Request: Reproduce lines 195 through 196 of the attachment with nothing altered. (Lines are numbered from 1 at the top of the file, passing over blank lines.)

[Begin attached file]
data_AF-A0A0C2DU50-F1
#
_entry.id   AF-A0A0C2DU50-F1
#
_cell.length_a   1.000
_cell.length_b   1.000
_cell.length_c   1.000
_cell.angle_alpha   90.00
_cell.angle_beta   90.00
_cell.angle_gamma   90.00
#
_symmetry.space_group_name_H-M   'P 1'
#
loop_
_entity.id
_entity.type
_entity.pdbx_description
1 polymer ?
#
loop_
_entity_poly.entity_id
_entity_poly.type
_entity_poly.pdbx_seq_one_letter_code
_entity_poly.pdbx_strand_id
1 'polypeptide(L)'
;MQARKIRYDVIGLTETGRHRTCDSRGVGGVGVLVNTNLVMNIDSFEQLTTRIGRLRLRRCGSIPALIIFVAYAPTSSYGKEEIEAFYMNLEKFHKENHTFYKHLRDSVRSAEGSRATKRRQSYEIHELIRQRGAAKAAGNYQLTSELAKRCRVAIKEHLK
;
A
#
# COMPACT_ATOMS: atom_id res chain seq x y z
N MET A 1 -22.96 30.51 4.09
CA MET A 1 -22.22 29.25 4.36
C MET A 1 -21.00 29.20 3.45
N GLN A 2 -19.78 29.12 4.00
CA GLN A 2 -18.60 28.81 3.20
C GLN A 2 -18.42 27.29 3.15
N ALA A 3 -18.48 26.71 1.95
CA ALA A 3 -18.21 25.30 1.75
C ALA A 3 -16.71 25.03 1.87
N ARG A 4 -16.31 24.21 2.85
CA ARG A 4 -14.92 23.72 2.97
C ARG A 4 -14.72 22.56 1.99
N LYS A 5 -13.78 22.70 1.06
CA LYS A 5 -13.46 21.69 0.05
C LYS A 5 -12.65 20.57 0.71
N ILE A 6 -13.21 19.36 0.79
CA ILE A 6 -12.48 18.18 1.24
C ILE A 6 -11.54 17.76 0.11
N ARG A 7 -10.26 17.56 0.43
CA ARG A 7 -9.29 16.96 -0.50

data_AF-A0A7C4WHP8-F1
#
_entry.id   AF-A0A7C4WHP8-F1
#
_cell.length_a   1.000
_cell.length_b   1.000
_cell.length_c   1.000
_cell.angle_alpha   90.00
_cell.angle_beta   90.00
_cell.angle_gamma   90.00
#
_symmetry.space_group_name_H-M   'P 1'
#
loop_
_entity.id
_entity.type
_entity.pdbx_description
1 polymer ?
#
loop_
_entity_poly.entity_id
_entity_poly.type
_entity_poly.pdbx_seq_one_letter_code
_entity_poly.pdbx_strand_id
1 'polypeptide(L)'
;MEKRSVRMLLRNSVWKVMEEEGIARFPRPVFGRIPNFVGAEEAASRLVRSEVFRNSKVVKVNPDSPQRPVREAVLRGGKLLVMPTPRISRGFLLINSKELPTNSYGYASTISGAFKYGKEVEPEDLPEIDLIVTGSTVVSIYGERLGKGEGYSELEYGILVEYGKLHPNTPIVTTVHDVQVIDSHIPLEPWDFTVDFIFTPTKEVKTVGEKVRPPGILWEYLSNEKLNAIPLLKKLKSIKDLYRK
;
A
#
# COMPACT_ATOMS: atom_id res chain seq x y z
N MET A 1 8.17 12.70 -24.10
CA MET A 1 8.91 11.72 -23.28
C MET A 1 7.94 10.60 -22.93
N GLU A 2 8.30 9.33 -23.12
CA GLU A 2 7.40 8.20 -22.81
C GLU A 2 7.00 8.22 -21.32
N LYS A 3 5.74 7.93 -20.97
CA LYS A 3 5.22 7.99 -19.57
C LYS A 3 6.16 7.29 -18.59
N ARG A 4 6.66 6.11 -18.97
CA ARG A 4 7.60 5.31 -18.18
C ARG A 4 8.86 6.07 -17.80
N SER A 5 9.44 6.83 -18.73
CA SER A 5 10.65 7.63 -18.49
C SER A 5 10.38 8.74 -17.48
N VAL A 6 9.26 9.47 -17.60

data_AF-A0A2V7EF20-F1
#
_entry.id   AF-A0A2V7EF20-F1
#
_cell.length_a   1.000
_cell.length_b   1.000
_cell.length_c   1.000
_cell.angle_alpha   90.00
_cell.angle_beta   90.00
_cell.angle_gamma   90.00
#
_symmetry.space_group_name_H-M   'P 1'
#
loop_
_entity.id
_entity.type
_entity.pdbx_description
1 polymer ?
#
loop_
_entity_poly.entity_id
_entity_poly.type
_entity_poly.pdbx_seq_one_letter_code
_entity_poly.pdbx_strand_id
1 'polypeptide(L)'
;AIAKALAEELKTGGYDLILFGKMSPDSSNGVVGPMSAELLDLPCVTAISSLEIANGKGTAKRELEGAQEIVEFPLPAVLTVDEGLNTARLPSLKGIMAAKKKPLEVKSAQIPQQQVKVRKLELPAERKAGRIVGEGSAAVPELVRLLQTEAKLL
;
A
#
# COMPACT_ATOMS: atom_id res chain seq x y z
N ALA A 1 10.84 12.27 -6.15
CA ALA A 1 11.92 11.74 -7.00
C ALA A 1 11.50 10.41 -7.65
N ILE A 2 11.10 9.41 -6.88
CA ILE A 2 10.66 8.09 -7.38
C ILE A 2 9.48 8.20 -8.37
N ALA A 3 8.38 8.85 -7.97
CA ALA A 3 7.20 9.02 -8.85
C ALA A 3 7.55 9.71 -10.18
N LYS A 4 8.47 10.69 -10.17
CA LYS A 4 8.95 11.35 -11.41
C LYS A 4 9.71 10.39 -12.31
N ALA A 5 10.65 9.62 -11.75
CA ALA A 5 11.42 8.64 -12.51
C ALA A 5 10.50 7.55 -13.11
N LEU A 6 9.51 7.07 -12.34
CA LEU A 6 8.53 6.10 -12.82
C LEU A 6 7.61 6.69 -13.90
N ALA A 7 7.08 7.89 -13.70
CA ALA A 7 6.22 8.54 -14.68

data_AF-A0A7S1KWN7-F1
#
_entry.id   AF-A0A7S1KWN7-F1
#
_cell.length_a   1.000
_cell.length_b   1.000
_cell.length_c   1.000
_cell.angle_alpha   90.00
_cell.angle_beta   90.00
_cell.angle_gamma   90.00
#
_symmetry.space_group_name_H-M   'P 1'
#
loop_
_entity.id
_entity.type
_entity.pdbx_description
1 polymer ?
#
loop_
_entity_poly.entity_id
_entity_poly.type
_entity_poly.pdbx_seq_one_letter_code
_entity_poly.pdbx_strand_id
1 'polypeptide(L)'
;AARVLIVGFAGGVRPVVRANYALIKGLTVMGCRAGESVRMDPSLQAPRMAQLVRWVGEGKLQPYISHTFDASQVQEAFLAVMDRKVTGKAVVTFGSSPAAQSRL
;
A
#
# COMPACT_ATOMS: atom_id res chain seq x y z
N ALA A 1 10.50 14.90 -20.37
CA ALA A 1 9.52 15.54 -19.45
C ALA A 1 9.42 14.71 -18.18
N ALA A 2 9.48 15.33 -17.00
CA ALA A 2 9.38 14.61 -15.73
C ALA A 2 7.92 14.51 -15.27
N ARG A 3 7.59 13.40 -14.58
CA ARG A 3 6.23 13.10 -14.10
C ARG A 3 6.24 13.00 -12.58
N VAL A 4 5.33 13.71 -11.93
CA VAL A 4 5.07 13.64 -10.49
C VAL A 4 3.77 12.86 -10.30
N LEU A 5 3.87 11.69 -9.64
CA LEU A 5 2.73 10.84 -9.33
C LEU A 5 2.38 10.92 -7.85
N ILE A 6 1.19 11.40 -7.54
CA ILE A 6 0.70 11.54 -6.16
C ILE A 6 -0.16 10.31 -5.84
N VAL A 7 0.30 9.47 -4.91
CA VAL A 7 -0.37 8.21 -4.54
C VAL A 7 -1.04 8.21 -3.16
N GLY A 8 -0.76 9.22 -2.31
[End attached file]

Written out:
N VAL A 7 0.30 9.47 -4.91
CA VAL A 7 -0.37 8.21 -4.54